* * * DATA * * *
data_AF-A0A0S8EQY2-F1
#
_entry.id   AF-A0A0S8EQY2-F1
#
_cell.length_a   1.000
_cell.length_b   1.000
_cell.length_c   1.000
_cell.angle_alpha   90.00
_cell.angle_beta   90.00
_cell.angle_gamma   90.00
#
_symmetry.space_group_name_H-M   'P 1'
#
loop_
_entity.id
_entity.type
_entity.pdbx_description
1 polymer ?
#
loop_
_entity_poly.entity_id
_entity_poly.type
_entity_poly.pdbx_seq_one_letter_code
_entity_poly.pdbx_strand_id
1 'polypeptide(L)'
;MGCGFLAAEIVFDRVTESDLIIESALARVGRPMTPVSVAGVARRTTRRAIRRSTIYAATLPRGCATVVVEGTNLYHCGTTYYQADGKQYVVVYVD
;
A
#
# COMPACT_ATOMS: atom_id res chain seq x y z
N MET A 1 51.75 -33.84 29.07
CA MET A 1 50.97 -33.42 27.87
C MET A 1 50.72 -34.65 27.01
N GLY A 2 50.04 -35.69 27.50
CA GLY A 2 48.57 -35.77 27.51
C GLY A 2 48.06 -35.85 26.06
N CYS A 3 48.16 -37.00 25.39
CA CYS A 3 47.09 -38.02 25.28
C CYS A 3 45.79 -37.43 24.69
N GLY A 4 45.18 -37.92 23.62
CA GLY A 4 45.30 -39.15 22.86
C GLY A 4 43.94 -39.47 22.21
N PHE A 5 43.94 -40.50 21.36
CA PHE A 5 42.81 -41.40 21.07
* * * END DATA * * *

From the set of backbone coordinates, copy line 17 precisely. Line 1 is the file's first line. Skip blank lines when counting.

_entity.pdbx_description